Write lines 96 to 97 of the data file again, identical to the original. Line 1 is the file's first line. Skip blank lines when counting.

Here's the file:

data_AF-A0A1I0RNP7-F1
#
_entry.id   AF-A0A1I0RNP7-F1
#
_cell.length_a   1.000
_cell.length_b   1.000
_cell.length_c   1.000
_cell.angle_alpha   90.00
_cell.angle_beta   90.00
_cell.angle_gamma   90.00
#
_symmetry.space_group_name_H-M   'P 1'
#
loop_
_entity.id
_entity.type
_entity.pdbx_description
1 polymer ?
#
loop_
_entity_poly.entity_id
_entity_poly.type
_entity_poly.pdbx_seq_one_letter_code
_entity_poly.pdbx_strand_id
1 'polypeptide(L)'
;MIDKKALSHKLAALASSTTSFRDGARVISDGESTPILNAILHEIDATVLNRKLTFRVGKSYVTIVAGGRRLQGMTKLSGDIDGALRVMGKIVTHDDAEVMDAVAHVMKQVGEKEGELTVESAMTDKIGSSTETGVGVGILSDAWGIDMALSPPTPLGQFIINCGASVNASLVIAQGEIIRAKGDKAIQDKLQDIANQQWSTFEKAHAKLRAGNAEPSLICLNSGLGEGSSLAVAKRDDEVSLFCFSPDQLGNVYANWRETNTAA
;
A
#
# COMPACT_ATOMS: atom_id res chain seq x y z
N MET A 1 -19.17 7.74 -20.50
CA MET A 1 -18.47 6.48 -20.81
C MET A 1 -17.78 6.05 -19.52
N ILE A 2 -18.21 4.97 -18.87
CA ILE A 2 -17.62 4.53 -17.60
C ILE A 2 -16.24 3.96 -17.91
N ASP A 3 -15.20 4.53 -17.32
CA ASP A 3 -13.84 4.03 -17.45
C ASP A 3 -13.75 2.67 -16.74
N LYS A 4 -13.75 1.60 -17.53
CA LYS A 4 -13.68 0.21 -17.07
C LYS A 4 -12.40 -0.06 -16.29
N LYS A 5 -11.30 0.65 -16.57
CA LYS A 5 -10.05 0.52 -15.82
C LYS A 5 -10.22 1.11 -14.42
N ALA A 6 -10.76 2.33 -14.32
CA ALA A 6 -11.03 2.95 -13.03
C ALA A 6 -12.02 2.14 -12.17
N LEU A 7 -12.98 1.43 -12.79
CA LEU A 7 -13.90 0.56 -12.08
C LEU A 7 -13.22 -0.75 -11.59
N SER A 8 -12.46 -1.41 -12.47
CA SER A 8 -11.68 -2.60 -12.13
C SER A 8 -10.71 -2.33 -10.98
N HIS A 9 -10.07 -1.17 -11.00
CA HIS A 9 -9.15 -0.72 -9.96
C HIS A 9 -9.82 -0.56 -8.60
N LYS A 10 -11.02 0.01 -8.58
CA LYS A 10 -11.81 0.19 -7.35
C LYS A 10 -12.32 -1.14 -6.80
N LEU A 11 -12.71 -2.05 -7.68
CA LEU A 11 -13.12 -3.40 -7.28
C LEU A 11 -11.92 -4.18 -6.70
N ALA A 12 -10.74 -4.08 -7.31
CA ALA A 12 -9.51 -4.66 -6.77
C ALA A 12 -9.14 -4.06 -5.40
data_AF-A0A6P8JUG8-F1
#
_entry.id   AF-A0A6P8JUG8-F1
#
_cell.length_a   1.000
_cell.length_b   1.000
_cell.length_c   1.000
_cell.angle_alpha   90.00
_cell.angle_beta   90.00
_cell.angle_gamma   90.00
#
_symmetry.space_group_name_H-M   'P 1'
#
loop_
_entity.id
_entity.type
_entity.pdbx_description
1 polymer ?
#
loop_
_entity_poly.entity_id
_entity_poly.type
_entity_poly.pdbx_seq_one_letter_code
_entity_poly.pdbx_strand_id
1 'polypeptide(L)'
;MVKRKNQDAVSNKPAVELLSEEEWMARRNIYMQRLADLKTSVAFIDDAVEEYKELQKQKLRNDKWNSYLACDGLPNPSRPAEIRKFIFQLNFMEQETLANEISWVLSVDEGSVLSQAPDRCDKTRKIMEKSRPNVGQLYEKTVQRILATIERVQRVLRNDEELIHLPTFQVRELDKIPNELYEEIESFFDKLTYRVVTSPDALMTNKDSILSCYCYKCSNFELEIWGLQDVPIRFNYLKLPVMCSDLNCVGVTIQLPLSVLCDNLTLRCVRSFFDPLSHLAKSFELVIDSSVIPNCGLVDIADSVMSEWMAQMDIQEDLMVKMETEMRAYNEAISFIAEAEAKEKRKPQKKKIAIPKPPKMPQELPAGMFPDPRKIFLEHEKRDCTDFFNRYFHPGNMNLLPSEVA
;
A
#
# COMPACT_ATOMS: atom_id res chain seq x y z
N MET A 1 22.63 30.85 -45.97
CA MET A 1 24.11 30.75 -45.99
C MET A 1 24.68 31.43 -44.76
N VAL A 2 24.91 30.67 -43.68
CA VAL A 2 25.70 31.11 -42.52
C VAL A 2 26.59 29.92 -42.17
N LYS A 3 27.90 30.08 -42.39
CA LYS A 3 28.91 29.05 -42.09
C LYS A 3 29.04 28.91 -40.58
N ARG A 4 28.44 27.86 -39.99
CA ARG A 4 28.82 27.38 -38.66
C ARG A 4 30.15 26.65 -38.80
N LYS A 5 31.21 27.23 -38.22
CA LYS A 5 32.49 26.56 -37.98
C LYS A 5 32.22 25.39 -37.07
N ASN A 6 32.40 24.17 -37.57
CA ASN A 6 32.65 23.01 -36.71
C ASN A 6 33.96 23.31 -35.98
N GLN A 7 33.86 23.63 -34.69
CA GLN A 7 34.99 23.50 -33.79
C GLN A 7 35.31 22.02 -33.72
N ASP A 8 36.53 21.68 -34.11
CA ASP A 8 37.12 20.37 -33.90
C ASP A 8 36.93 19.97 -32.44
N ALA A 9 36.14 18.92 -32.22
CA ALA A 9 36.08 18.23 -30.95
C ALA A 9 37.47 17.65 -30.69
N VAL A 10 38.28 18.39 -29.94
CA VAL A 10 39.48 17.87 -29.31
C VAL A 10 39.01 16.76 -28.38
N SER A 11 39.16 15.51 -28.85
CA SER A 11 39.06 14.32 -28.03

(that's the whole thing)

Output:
# COMPACT_ATOMS: atom_id res chain seq x y z
N MET A 1 22.63 30.85 -45.97